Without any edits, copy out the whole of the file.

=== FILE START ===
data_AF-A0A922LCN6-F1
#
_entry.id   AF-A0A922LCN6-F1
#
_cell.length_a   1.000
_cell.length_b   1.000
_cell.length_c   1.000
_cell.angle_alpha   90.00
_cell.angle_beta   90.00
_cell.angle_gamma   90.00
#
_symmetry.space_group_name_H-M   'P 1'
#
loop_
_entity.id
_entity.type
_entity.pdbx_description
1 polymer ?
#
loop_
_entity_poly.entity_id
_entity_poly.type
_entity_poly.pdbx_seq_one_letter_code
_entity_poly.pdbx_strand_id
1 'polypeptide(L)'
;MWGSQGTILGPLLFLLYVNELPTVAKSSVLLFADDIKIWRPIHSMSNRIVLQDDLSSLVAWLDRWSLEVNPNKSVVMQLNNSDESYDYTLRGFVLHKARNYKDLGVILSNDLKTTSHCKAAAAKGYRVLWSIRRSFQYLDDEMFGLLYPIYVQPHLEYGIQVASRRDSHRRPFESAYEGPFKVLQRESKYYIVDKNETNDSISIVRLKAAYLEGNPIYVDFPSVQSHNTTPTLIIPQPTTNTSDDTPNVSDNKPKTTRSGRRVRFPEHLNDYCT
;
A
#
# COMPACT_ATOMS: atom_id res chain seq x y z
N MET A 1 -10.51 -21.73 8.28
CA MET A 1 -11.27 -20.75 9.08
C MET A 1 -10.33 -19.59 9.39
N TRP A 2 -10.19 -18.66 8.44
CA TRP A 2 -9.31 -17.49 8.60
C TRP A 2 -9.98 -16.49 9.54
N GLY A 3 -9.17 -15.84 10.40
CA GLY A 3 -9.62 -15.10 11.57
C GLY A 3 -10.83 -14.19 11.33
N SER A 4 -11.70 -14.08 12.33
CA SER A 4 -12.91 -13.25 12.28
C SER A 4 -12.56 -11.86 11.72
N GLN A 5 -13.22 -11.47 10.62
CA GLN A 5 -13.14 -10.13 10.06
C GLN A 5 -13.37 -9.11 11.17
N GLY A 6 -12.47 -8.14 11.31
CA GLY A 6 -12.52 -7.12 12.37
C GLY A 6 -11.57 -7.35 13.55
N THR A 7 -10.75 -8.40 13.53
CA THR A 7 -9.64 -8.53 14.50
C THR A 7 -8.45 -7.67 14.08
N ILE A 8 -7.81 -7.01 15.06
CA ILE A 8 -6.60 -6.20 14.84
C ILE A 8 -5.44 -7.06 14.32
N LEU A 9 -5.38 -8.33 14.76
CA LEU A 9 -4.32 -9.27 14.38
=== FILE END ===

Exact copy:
data_AF-A0A922LCN6-F1
#
_entry.id   AF-A0A922LCN6-F1
#
_cell.length_a   1.000
_cell.length_b   1.000
_cell.length_c   1.000
_cell.angle_alpha   90.00
_cell.angle_beta   90.00
_cell.angle_gamma   90.00
#
_symmetry.space_group_name_H-M   'P 1'
#
loop_
_entity.id
_entity.type
_entity.pdbx_description
1 polymer ?
#
loop_
_entity_poly.entity_id
_entity_poly.type
_entity_poly.pdbx_seq_one_letter_code
_entity_poly.pdbx_strand_id
1 'polypeptide(L)'
;MWGSQGTILGPLLFLLYVNELPTVAKSSVLLFADDIKIWRPIHSMSNRIVLQDDLSSLVAWLDRWSLEVNPNKSVVMQLNNSDESYDYTLRGFVLHKARNYKDLGVILSNDLKTTSHCKAAAAKGYRVLWSIRRSFQYLDDEMFGLLYPIYVQPHLEYGIQVASRRDSHRRPFESAYEGPFKVLQRESKYYIVDKNETNDSISIVRLKAAYLEGNPIYVDFPSVQSHNTTPTLIIPQPTTNTSDDTPNVSDNKPKTTRSGRRVRFPEHLNDYCT
;
A
#
# COMPACT_ATOMS: atom_id res chain seq x y z
N MET A 1 -10.51 -21.73 8.28
CA MET A 1 -11.27 -20.75 9.08
C MET A 1 -10.33 -19.59 9.39
N TRP A 2 -10.19 -18.66 8.44
CA TRP A 2 -9.31 -17.49 8.60
C TRP A 2 -9.98 -16.49 9.54
N GLY A 3 -9.17 -15.84 10.40
CA GLY A 3 -9.62 -15.10 11.57
C GLY A 3 -10.83 -14.19 11.33
N SER A 4 -11.70 -14.08 12.33
CA SER A 4 -12.91 -13.25 12.28
C SER A 4 -12.56 -11.86 11.72
N GLN A 5 -13.22 -11.47 10.62
CA GLN A 5 -13.14 -10.13 10.06
C GLN A 5 -13.37 -9.11 11.17
N GLY A 6 -12.47 -8.14 11.31
CA GLY A 6 -12.52 -7.12 12.37
C GLY A 6 -11.57 -7.35 13.55
N THR A 7 -10.75 -8.40 13.53
CA THR A 7 -9.64 -8.53 14.50
C THR A 7 -8.45 -7.67 14.08
N ILE A 8 -7.81 -7.01 15.06
CA ILE A 8 -6.60 -6.20 14.84
C ILE A 8 -5.44 -7.06 14.32
N LEU A 9 -5.38 -8.33 14.76
CA LEU A 9 -4.32 -9.27 14.38